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UN adds AQAP to consolidated terrorist list under UNSCR 1267
MISSOULA, Jan. 21 (Al-Masakin)—Daniel Benjamin, Coordinator, Office of the Coordinator for Counterterrorism, announced, during testimony before the Senate Foreign Relations Committee, the United Nations has moved to list al-Qaeda in the Arabian Peninsula (AQAP) and its leaders on the consolidated list of terrorist suspects under UNSCR 1267.
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“This will require all UN member states to implement an assets freeze, a travel ban, and an arms embargo against these entities,” Mr. Benjamin testified.
In January 2009, the leader of al-Qaedain Yemen (AQY), Nasir al-Wahishi, announced that Yemeni and Saudi al-Qaeda operatives would work together under the banner of al-Qaeda in the Arabian Peninsula (AQAP).
U.S. to mitigate AQAP threat with economic and military aid
Daniel Benjamin and Jeffrey D. Feltman, Assistant Secretary, Bureau of Near Eastern Affairs, speaking before the Senate Foreign Relations Committee Jan. 20 recommended a two pronged strategy to check the rise of al-Qaeda in the Arabian Peninsula (AQAP). Secretary Feltman urged the United States Senate to move to prevent “state failure,” in Yemen.
“Our two-pronged strategy is to build up the Yemeni capacity to deal with the security threats within their borders, and also to develop government capacity to deliver
basic services and economic growth,” Mr. Benjamin told the Senate Committee.
“Excluding for the moment 1206 and 1207 counter-terrorism funding, U.S. development and security assistance have increased in Yemen from $17.2 million in FY2008, to $40.3 million in FY2009. Although final determinations have yet to be made, total FY 2010 assistance may be as much as $63 million,” Secretary Feltman said on Wednesday.
Aid has been primarily employed by the Bureau of Democracy, Human Rights and Labor (DRL), Middle East Partnership Initiative (MEPI), United States Agency for International Development (USAID).
At the Nov. 2006 meeting in London in November 2006, the international community pledged $5.2 billion for Yemen.
A significant portion of those funds has not yet been provided due to a lack of confidence the Yemeni government.
The United Kingdom will convene a ministerial meeting on Yemen in London January 27.
In 1992, Al-Qaeda militants attacked a hotel in Aden where American military personnel were staying, en route to Somalia to support the UN mission. Two individuals were killed.
In the 1990s, a series of major conspiracies were based in Yemen. Following the attack on the U.S.S. Cole in 2000, the American Embassy in Yemen was attacked in 2008.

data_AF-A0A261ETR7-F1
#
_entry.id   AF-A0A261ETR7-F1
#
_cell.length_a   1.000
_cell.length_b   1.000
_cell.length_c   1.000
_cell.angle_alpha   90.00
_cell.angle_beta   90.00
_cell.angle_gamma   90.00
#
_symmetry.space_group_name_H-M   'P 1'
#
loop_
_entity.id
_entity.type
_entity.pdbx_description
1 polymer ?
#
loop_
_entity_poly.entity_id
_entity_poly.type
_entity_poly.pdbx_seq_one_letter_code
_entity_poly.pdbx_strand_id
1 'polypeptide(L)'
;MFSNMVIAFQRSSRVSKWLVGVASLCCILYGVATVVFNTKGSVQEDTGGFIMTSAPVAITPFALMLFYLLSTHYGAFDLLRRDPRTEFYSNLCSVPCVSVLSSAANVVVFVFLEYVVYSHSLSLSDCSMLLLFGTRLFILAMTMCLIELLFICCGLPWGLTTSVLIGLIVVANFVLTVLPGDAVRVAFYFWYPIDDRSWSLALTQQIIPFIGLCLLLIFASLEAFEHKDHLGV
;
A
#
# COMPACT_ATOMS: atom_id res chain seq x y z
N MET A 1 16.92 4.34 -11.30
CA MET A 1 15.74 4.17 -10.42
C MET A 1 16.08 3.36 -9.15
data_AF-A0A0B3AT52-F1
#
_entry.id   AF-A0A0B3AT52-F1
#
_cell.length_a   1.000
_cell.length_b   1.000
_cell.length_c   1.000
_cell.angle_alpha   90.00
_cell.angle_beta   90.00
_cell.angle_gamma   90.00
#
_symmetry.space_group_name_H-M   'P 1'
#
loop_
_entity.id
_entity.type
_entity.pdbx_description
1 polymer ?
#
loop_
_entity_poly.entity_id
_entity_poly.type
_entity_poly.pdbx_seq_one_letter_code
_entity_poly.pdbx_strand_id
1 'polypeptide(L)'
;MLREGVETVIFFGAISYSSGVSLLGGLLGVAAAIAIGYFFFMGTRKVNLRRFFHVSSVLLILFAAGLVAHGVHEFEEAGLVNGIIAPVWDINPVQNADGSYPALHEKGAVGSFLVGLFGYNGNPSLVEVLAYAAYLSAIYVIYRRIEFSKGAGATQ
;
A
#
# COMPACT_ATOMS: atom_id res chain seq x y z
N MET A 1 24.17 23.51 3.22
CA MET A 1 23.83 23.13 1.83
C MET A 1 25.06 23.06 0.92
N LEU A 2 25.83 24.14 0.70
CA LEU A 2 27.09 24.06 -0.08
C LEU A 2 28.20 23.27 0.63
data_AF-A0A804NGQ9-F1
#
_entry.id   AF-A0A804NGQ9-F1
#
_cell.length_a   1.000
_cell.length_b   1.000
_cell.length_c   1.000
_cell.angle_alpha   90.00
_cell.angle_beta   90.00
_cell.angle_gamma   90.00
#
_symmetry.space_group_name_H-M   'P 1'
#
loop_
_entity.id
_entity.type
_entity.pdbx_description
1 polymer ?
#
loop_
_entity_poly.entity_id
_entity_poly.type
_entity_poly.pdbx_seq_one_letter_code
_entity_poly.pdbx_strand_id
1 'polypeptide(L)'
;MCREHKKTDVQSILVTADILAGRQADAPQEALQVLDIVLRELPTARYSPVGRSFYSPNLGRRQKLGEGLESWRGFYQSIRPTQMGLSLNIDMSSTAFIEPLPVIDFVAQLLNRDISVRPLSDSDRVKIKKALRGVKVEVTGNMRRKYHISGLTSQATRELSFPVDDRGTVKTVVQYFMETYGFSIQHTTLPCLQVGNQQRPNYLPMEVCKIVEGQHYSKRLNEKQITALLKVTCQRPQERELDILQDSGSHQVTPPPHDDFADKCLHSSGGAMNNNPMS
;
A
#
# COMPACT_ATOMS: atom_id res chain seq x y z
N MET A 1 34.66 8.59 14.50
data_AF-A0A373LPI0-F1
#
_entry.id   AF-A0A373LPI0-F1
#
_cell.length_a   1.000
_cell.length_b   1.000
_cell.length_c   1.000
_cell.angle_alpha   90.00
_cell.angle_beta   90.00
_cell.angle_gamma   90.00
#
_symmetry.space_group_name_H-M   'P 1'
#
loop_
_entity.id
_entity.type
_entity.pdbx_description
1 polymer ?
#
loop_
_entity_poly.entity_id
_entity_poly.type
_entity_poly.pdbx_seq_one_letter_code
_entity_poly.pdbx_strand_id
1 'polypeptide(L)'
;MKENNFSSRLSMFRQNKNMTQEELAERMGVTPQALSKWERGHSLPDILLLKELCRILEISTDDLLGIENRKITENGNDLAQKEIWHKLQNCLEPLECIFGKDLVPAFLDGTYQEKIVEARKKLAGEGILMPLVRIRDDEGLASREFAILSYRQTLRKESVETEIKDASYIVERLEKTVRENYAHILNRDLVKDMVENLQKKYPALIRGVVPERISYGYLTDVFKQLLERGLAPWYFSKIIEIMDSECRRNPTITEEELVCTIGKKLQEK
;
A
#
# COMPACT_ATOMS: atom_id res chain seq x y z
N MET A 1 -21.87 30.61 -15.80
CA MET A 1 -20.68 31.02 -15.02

For the last five years, these terrorists have carried out multiple attacks against Yemenis, Americans, and citizens of other countries.
Evidence of the December 25 conspiracy indicates that AQAP has become capable of carrying out strikes against the United States and allies outside of the Arabian Peninsula, including on the U.S. homeland.
Many radicals have fled Saudi Arabia for Yemen and have joined other fighters who have returned from Afghanistan and Pakistan.
A group of senior Al-Qaeda leaders escaped from a Yemeni prison in 2006, strengthening Al-Qaeda’s presence.
Departments of State and Defense have been providing training and assistance to Yemen’s key counterterrorism units. Through Diplomatic Security Antiterrorism Assistance (DS/ATA) programs training has been to security forces in the Ministry of Interior, including the Yemeni Coast Guard and the Central Security Force’s Counterterrorism Unit (CTU).
Future training may include border control management, crime scene investigation, fraudulent document recognition, surveillance detection, crisis management and a comprehensive airport security and screening consultation.
“We also see additional opportunities now to increase our training and capacity-building programs for Yemeni law enforcement,” Feltman said.
The Bureau of Near Eastern Affairs and the Office of the Coordinator for Counterterrorism are working with the Department of Defense to use 1206 funds for counterterrorism assistance to Yemen.
Section 1206 of the National Defense Authorization Act of 2006 established a new program that gives the Department of Defense (DOD) the authority to spend up to $200 million of its own appropriations to train and equip foreign militaries to undertake counterterrorism or stability operations.
State Department / EHC
Al-Masakin News Agency